It’s beautiful here, I thought, lounging in a camp chair enjoying the warmth of a sputtering campfire in tiny Acme, Washington. In a rare moment to myself, my eyes surveyed my surroundings with a surprising exactness. Unlike Danielle, I’m not typically overcome with nostalgia, so my sudden need to etch such details into my memory was a curveball I wasn’t expecting.
In July of 2014, on our anniversary, I asked Danielle if she was interested in selling everything, and traveling the world. She answered in an excited squeak mingled with a sudden onset of joyous tearfulness. So we saved money, got out of debt, planned a wedding, saved money all over again, budgeted, and planned some more. Gut instinct told me (and still does) this journey was the right decision, regardless of jittery fears or overriding excitement. Are we adventurous? Yes. Are we lucky? Absolutely. Do we have all the answers? Nope. Nope. Nope.
Two years before we left, most people just said, “Do it before you have kids” or “Do it while you’re young and don’t have kids.” The NW populace were excited and extolled, “I’m so jealous! I wish I could do that!” Most of my family in the midwest are a little more conservative. “You guys have brass balls!” or “I just couldn’t leave a big empty space on my resume.” Both locations suggested we use Canadian tags on our backpacks or dress like Europeans or suggested we become fluent in a Scottish accent. Both also had wonderful suggestions of places to go or food to eat. Unfortunately, if you didn’t write it down we’ve probably forgotten most of your ideas. Hopefully, we’ll remember, but we probably won’t. If you do happen to recall your probably awesome advice, write to us and we’ll definitely remember! Overall, the general feeling from everyone: excited, yet concerned.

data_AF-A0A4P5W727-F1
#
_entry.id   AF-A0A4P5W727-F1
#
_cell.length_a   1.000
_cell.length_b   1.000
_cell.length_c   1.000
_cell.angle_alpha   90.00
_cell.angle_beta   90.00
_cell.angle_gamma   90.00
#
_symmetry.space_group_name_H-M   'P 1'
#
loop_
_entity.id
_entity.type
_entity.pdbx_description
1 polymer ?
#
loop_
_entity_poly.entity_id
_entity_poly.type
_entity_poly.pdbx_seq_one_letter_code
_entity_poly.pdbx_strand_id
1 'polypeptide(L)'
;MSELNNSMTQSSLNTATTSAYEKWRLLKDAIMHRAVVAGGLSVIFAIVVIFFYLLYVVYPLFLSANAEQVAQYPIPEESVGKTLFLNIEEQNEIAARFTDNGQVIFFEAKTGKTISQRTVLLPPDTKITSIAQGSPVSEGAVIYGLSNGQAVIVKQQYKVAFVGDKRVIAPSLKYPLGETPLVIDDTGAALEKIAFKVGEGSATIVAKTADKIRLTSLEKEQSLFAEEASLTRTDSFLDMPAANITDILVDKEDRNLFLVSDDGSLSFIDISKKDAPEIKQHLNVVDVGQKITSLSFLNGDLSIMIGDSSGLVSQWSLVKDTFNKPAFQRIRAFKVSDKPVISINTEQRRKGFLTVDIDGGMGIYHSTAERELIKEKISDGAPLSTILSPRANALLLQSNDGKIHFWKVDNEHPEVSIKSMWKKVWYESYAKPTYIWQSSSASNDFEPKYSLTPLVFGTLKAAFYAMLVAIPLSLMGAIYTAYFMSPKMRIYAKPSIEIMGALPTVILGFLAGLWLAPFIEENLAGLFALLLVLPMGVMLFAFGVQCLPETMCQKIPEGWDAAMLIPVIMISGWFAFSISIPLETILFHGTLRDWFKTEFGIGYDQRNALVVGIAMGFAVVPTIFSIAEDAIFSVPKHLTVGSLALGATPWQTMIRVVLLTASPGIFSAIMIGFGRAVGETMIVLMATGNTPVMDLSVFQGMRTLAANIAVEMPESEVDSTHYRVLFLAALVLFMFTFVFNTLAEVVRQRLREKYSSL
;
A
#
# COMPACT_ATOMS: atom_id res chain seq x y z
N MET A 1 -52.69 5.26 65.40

The support, however, was unwavering and consistent. We probably have the best F&F’s in the world (that’s Friends and Family for the uninitiated).
In the last six months, our preparations for our adventure became…real. Suddenly, we weren’t looking forward to an event in the distant future. Our goal felt more attainable, reachable. When traveling was two years out, describing our future plans to someone we hadn’t seen in a long time was difficult. They would ask what I was up to, I would grind out through my teeth in a cheerful way, “the wife and I are preparing to travel the world!” And inevitably the reply would be, “When are you leaving?” I would try not to appear too deflated and say, “Oh hopefully next March. Not this one! The next one.” I felt like an MC on stage building up the audience for the next act. And please welcome to the stage: The World Travelers! And then we, disgustingly saunter our way onto the stage…two years later.
But the end arrived. And for all our planning, we discovered we weren’t prepared for it.
Two months before we left, our ability to juggle tasks became strained. I always thought I was good juggler; the brother and I started the juggling club in high school. But here is a sample of what we were dealing with: